The day after the post below was published, heavy rain washed away all the hair ice in the area. Not to fear – it should grow back, when conditions are right.
Here’s your chance to see an uncommon phenomenon, along the Dipper Trail in the Mamquam spawning channels.
Ice has formed on wet, dead branches in shapes that resemble candy floss or fine silky hair. This type of ice was first described in 1918 by Alfred Wegener. It has been reported mostly at latitudes between 45–55 °N in broadleaf forests, initially in Switzerland and Germany. The ice can last for days if it is not exposed to direct sun (or rain!). Wegener assumed some specific fungi as the catalyst. In 2015, Diana Hofmann, Gerhart Wagner, and Christian Mätzler identified the fungus Exidiopsis effusa as key to the formation of hair ice.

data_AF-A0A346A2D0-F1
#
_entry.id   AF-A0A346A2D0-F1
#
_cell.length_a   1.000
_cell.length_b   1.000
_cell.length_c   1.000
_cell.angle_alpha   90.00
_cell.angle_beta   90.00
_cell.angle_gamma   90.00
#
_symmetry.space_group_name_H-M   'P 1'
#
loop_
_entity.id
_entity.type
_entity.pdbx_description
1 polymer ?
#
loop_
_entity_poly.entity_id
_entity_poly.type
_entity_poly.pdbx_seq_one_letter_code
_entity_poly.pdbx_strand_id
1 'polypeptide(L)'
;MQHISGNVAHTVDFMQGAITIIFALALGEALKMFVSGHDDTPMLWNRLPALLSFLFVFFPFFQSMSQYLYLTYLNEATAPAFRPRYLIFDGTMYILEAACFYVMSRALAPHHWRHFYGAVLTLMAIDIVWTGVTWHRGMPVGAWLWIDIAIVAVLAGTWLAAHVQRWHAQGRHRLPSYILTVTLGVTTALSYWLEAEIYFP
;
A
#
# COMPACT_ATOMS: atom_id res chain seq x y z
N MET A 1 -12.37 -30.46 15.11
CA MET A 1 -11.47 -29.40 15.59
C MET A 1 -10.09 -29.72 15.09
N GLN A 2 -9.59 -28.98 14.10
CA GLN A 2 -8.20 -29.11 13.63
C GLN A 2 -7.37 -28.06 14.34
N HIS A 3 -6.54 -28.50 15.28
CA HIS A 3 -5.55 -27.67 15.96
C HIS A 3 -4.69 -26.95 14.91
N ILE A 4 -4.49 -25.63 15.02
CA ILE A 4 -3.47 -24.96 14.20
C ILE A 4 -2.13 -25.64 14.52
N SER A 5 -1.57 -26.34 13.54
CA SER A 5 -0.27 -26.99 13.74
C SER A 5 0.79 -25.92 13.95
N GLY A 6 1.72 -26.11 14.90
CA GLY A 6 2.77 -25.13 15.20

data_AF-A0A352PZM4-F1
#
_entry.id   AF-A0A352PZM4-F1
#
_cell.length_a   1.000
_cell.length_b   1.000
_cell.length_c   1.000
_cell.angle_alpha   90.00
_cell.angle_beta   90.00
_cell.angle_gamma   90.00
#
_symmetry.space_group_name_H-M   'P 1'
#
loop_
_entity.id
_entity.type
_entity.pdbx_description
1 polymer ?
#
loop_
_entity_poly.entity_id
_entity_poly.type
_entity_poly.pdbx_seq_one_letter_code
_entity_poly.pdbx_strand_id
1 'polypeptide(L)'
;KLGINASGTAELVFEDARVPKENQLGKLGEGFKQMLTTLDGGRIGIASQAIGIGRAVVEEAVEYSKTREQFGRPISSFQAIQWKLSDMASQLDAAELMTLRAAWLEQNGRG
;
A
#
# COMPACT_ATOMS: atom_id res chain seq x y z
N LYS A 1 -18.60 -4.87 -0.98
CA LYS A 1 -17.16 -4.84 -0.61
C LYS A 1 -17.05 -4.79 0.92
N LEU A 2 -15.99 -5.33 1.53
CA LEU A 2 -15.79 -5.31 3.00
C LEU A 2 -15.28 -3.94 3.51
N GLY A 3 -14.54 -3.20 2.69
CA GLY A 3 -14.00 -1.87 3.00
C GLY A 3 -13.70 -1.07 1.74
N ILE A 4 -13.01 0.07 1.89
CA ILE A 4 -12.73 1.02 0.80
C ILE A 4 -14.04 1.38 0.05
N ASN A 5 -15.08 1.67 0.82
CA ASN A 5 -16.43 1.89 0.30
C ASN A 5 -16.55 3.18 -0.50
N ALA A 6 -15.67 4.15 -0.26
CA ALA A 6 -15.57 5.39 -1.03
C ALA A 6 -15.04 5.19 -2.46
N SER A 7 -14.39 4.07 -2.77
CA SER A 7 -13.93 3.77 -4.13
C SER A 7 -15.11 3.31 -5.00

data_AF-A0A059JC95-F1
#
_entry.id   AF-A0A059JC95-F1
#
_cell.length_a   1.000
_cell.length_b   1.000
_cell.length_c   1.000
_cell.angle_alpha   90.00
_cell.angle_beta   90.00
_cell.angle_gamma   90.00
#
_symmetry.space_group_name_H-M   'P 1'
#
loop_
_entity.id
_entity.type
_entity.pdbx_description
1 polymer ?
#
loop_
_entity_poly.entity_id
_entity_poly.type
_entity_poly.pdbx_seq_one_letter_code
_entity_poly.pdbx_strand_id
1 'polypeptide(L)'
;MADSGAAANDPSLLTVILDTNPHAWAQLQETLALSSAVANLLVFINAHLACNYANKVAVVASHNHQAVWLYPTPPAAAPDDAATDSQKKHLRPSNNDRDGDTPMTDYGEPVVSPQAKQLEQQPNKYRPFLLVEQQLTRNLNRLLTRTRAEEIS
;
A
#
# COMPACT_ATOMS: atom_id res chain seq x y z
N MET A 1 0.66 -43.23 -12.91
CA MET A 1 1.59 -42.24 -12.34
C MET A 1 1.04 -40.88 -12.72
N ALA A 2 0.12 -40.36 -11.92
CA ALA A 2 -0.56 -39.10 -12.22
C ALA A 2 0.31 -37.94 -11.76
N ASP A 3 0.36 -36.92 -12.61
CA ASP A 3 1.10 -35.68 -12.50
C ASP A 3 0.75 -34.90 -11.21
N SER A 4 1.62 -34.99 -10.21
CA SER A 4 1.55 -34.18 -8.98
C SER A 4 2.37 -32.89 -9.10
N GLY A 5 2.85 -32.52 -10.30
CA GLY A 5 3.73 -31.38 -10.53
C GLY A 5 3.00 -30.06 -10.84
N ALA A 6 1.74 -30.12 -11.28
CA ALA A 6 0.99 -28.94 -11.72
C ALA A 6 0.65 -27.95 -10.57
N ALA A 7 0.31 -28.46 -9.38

Photo above: hair ice along the Mamquam spawning channel trails, 3:30 pm Jan 21, 2019.